The Ghost Stories English dub anime is a cult classic and is perfect for when you have a bad day and don’t care what anyone says. Instead, you want to watch something slightly educational and hilariously offensive.
Not all the jokes will be up your alley, but that’s ok. You’re not here to see good triumph over evil; you want to see what kind of mess a group of pre-adolescent children can get into.
Plus, a talking cat claims he’s out to get the children, but he usually sits there and gives creative advice from time to time. The Ghost Stories dub is a trainwreck in the best way, and if you’re still not sure if you should watch it.
Let me ask you. Do you like any abridged series? Because even though Ghost Stories dub is official, one can claim that it’s the original abridged!
Think about that. An official abridged exists, and you watch it on Crunchyroll along with the original Japanese subtitles.
What’s the story behind Ghost Stories?
Toru Tsunemitsu made a manga based on popular ghost stories for children ages 12 and under. A 4-part series adaptation ran from 1995 to 1999.
Ghost Stories has also been made into a tv series, and there’s a video game! Studio Pierrot adapted Ghost Stories into an anime in 2000, but unfortunately, the anime did poorly in Japan.
But fortunately for us, Animax, the owner of the western rights for Ghost Stories, approached ADV Films to produce an English dub and gave them four rules to follow.
- Do not change the names of the characters, including the ghosts.
- Do not change how the ghosts are killed, as the methods come from Asian folklore.
- Don’t change the meaning of the episode.
- Do whatever else you want to make the show successful.
The ADV team took those rules to heart, threw out the original script, and gave the characters comedic personalities. For example, Satsuki drops F-bombs and complains about her body.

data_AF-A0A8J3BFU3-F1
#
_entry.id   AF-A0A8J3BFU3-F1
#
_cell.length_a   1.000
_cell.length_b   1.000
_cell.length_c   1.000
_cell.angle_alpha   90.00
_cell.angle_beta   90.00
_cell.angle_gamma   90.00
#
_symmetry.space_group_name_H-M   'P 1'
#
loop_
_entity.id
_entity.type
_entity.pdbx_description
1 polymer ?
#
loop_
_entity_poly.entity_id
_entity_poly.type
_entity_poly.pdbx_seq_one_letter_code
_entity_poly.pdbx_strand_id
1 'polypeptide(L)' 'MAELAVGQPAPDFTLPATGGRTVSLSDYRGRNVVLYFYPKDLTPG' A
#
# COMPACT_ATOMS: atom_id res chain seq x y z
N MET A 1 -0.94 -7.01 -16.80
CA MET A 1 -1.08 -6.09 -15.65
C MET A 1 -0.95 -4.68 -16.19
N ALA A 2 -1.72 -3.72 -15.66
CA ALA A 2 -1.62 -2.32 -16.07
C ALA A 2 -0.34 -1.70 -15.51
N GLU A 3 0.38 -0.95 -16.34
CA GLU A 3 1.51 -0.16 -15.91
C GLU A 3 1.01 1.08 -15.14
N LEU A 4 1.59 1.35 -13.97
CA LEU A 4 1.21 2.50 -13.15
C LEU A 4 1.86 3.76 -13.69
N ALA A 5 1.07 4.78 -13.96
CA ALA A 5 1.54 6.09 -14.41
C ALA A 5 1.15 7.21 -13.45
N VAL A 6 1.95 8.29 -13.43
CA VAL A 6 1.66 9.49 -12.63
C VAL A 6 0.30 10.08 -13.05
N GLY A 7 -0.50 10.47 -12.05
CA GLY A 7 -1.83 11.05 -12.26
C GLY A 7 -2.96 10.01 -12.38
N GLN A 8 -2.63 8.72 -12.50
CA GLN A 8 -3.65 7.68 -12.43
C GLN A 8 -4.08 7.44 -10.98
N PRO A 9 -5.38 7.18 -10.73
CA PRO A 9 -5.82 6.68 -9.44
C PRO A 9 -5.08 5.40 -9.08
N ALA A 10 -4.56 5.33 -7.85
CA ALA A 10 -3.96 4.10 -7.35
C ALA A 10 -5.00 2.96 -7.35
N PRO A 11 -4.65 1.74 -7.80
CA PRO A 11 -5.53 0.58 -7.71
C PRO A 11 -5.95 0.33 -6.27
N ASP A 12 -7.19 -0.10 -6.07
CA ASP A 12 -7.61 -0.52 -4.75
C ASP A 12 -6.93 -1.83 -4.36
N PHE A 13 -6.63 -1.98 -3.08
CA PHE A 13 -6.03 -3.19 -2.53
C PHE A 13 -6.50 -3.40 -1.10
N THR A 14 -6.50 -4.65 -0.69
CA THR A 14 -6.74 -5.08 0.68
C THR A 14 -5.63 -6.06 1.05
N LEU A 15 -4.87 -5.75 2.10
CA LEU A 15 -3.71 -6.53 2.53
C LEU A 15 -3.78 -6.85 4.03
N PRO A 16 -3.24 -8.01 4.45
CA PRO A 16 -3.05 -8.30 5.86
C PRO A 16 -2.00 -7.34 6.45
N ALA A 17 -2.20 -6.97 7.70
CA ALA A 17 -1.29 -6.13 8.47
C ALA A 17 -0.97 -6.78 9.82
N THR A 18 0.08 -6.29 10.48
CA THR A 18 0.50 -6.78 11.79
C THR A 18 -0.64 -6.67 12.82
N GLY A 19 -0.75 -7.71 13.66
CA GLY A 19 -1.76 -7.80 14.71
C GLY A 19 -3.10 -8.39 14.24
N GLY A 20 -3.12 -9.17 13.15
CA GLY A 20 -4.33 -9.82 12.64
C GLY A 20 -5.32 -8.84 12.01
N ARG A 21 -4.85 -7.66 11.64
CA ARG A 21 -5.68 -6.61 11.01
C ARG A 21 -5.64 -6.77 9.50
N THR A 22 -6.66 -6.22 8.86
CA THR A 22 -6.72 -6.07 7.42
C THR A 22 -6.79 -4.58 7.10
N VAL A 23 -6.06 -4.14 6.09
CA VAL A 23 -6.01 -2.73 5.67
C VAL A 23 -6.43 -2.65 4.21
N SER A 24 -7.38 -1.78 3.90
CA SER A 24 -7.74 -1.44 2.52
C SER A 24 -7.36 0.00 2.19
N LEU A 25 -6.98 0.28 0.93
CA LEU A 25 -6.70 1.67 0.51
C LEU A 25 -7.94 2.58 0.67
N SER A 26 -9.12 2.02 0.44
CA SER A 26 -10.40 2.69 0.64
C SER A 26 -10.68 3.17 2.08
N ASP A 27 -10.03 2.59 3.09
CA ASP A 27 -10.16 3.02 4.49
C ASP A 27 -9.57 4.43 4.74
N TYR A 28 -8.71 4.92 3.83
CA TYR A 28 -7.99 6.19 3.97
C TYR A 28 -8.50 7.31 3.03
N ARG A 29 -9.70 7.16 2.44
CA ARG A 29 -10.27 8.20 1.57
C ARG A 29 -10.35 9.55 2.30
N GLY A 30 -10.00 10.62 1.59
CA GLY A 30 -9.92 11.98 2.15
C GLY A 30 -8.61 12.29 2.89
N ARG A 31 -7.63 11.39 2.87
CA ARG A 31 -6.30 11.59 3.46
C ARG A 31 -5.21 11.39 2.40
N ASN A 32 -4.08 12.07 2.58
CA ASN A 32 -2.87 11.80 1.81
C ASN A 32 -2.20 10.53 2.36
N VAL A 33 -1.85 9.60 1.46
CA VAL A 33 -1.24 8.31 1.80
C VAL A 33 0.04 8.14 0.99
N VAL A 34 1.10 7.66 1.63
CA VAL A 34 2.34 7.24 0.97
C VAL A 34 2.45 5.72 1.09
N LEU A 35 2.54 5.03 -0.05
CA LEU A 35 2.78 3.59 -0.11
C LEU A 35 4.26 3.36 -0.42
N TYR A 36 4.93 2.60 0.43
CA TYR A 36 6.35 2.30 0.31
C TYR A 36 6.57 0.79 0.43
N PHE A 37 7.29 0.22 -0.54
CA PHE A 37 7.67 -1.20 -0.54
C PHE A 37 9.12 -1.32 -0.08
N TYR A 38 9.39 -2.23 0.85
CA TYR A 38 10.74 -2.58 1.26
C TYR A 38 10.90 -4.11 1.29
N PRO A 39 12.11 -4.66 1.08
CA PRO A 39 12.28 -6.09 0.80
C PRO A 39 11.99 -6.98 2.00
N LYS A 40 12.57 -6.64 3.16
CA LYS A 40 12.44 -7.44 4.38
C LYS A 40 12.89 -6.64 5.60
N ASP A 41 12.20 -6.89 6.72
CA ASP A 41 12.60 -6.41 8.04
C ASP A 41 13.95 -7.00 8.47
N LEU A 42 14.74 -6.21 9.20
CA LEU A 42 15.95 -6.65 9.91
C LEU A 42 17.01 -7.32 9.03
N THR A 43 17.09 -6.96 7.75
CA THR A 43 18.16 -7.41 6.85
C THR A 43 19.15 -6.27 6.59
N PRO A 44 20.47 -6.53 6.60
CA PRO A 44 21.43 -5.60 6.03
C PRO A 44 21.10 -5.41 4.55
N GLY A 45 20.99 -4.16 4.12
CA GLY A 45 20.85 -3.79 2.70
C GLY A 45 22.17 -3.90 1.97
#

Momoko has a psychic connection with Satsuki’s mother and is a right-wing born-again Evangelical Christin. She’s rich, most of her dialogue is quoting the bible, and she used to do drugs, among other things, before converting.
Hajime is supposed to be the male lead, and the dub makes him out as a stereotypical boy with a horny streak. Leo is Hajime’s best friend who often tries to impress the group with his paranormal knowledge but is the butt of most jokes.
The dub has him being a dorky teenager from a Jewish family, so he and Momoko trade insults throughout the series. Keiichiro is Satsuki’s younger brother and tends to cause more problems for the others.
In the Ghost Stories dub, he has a learning disability, and most of his dialogue turns into babbling, squeals, and tears. But that works for Keiichiro because he’s age 4, Satsuki, Hajime, and Leo are 10, and Momoko is 11.
The cat owns all of his scenes!
Last but not least is Amanojaku, a powerful spirit that Satsuki’s mother sealed into a tree behind the school before the show began. But Amanojaku is sealed into Satuski’s pet cat Kaya and threatens to kill the kids fairly often.
A black cat with one blue eye and a gold one pops up wherever he wants and breaks the fourth wall by complaining about the animation, writing, and paycheck. Ghost Stories is the first anime that’s switched genres between the sub and dub versions.
The Japanese sub is a supernatural horror adventure, while the dub is a dark comedy horror. What’s surprising about the Ghost Stories anime, in general, is its ending theme song.
It’s called Sexy, Sexy by CASCADE, and its light use of English lyrics make you wonder about the intended audience. Along with the panty shots of ten and eleven-year-old girls.
The dub makes fun of these situations, but these scenes are in the Japanese version. A second season was considered due to the success of the English dub, but we’re still waiting.